Our whole shop is feeling extremely honored today because robert mickelsen @ramickelsen has chosen our handmade millies and dna cane to be part of his bullet pendant series!! Not shootin blanks today guys!!
Jennifer Umphress’ work often draws inspiration from her environment. Born and raised in California, she began working with glass in 2000 while living in Hawaii. Umphress now lives and works in Kingston, Washington, where the Pacific Ocean continues to influence her work. “Although my inspiration comes from the ocean, I am most intrigued by capturing movement. I try to emulate the movement of sea life in a simple contemporary form,” says Umphress in her personal statement.
Umphress studied with Cesare Toffolo during a month long apprenticeship in Murano, Italy, and has taken workshops with Robert Mickelsen and Janis Miltenberger. Her work has been shown at galleries including Transflamations at the Pilchuck Gallery in 2012. Umphress was awarded the Glasscraft Emerging Artist Award in 2010.
In her September 2013 Instructor Collaborative Residency, Umphress worked alongside Amy Rueffert and Carmen Lozar to explore flameworking techniques. She worked on the technical aspects of flameworking, with a focus on surface design and color and an emphasis on developing a conceptual narrative for her work.
Google, Stanley R. Mickelsen Safeguard Complex, Nekoma, North Dakota, October, 2012
This is what the missile site of the previous post looks like from the road. From the blueprints, the pyramid structure is about 75 feet / 23 meters tall (the structure continues below the berm). Cold War Tourist.com offers some photos of what the complex looks like inside recently. The very bottom of the page indicates the missile site was up for sale and, remarkably, was purchased by the Spring Creek Hutterite Colony (a group with some similarities to the Mennonites), for a sum of $530,000 USD. The government was generous enough to offer to pay for the extensive environmental cleanup. Click through the source to experience the drive-by, it’s a beautiful location, with the exhaust towers contrasting with the delicate windmills.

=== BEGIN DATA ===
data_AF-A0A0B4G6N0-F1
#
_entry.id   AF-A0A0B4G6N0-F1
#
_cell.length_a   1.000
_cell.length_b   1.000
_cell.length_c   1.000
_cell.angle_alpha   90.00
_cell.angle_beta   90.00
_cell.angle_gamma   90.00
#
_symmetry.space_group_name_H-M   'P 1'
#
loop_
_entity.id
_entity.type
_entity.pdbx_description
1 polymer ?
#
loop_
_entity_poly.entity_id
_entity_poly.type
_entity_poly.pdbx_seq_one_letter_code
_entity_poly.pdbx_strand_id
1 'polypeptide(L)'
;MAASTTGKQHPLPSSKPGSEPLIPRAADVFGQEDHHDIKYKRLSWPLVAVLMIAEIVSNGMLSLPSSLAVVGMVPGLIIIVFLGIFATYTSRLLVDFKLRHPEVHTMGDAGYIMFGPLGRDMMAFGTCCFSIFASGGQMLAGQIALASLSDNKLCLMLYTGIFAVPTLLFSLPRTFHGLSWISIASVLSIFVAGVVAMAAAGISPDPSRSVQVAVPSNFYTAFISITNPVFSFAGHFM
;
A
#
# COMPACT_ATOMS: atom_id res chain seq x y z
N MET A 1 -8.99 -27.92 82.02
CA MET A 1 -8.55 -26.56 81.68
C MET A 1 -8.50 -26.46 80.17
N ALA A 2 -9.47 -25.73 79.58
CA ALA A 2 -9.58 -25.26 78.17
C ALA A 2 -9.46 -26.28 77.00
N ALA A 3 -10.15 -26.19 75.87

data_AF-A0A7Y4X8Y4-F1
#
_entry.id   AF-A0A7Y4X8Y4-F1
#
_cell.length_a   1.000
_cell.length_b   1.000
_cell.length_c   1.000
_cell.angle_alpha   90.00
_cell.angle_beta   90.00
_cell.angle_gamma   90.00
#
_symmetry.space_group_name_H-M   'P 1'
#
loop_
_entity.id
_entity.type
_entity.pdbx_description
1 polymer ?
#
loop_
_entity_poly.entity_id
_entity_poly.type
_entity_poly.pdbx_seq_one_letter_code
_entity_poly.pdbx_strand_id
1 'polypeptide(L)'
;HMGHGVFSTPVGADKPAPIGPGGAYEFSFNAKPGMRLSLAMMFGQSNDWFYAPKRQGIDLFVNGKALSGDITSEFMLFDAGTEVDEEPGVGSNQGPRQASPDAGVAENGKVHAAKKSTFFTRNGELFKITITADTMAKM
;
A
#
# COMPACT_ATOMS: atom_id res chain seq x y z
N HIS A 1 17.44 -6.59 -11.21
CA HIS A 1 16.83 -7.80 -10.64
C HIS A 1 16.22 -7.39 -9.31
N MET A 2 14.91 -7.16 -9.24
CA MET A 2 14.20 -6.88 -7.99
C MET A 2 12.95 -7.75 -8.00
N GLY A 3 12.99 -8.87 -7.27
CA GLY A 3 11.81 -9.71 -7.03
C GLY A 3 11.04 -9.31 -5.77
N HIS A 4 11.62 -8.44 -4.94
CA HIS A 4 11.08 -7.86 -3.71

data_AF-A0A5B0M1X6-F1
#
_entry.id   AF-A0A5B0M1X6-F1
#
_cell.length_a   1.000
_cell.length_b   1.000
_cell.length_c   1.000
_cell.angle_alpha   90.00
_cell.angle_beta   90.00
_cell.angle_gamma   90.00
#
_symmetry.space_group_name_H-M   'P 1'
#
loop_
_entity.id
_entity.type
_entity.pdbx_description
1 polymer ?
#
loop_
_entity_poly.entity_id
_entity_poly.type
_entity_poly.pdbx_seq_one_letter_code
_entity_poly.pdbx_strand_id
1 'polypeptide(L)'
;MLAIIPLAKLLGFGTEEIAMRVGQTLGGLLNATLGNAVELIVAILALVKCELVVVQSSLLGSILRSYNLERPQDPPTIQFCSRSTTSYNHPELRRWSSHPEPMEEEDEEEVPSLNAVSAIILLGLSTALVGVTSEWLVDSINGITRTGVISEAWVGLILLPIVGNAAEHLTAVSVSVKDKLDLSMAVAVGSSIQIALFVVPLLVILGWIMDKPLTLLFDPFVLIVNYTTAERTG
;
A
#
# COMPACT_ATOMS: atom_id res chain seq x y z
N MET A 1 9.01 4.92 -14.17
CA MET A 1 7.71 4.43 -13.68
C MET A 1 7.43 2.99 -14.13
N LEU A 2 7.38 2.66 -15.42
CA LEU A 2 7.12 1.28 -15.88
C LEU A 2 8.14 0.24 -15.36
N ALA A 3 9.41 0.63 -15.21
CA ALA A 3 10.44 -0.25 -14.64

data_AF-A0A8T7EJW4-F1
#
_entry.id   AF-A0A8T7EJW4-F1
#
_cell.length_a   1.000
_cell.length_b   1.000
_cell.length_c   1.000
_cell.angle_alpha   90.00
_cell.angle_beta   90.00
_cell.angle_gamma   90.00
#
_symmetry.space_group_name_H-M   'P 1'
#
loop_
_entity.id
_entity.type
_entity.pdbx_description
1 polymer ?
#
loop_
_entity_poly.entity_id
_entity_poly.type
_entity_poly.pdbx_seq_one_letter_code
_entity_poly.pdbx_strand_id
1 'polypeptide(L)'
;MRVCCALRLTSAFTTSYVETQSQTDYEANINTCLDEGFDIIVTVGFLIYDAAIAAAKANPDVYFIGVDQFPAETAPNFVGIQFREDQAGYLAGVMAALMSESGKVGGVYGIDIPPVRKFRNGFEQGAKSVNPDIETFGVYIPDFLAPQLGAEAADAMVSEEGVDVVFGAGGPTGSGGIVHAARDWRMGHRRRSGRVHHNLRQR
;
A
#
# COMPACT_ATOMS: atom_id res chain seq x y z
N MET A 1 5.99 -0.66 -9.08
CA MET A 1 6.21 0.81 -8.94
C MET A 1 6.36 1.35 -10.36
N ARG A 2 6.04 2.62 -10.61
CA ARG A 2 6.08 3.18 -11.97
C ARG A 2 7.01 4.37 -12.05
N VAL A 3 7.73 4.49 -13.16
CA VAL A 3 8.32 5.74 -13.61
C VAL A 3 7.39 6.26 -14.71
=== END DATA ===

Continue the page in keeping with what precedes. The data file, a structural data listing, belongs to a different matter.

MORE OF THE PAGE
The Last Stop on the BLM Idaho leg of the #mypubliclandsroadtrip – Horse Training with Idaho 4Hers
When wild horses are gathered from one of Idaho’s six Herd Management Areas, Idaho’s 4-H youth partner with BLM to provide training for young mustangs throughout a 6-8 week period.
“I think this is the greatest program there is for kids,” said Bingham County 4-H Leader Jane Mickelsen. “They learn responsibility, they learn patience; and I feel like in learning to deal with animals, you learn to deal with people better.”
When 4-H youth finish working with the young mustangs, the horses are able to lead on a halter and are very comfortable with people. Then, the 4-H youth compete in a mustang-only in-hand trail competition. The competition judges score the youth and their horses on a small obstacle course that involves leading the young mustangs to walk over a large sheet of plastic; stepping over several small logs; trotting under halter; backing through a narrow log path; and loading and unloading from a trailer.
After the competition, the young mustangs are available for adoption. “Potential adopters see a great benefit if a wild horse has been handled and experienced good ground work training methods,” said Kevin Lloyd, Wild Horse and Burro Specialist for the BLM Challis Field Office.
View from heat sink (south to north), west oblique of missile site control building - Stanley R. Mickelsen Safeguard Complex, Missile Site Control Building, Northeast of Tactical Road; southeast of Tactical Road South, Nekoma, Cavalier County, ND